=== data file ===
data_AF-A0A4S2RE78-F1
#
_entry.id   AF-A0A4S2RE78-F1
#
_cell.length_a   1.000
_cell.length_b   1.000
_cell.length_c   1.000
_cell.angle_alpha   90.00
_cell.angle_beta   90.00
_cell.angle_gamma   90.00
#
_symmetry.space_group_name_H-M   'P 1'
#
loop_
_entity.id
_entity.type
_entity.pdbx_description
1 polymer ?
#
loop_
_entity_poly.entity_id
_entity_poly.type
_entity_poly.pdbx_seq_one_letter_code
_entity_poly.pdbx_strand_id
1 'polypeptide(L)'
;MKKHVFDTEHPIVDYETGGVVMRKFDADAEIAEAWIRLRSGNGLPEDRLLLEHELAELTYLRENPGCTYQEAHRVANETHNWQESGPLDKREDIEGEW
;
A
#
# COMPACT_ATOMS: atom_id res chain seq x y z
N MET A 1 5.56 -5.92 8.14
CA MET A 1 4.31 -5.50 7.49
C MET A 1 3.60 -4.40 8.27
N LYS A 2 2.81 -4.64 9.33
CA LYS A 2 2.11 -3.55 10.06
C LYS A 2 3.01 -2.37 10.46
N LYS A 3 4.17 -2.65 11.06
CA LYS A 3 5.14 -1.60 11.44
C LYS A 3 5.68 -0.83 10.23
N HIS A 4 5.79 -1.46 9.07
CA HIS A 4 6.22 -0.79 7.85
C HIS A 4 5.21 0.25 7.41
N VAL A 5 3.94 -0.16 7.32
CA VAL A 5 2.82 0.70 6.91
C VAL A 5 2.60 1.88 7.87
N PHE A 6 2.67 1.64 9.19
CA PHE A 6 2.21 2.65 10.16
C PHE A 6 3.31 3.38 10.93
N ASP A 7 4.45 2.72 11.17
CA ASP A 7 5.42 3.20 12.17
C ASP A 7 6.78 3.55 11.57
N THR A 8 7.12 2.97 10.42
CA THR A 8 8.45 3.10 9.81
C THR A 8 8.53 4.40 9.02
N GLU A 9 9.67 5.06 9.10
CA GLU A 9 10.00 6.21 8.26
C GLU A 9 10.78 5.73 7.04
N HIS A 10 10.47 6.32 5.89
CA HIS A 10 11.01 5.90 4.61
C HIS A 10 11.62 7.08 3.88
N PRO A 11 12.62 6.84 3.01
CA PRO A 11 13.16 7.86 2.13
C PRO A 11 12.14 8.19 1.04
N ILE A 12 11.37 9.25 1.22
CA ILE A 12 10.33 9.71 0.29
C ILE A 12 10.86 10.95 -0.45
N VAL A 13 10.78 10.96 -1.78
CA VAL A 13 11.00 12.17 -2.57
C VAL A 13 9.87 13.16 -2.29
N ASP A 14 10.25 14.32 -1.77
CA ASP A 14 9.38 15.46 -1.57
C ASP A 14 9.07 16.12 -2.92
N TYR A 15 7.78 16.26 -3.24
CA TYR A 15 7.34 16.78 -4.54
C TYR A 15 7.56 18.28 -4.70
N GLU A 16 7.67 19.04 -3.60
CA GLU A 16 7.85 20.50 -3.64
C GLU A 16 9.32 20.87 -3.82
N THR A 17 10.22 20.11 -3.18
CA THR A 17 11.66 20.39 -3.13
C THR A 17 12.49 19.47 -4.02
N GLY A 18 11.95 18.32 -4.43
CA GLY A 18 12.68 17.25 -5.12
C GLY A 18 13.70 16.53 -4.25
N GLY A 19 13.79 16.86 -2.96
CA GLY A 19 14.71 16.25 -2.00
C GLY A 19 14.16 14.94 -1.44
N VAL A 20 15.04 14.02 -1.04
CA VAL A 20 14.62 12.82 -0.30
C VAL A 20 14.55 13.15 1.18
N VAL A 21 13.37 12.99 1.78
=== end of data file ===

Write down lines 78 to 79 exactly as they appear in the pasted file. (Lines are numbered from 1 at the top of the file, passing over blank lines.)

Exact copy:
C GLU A 16 9.32 20.87 -3.82
N THR A 17 10.22 20.11 -3.18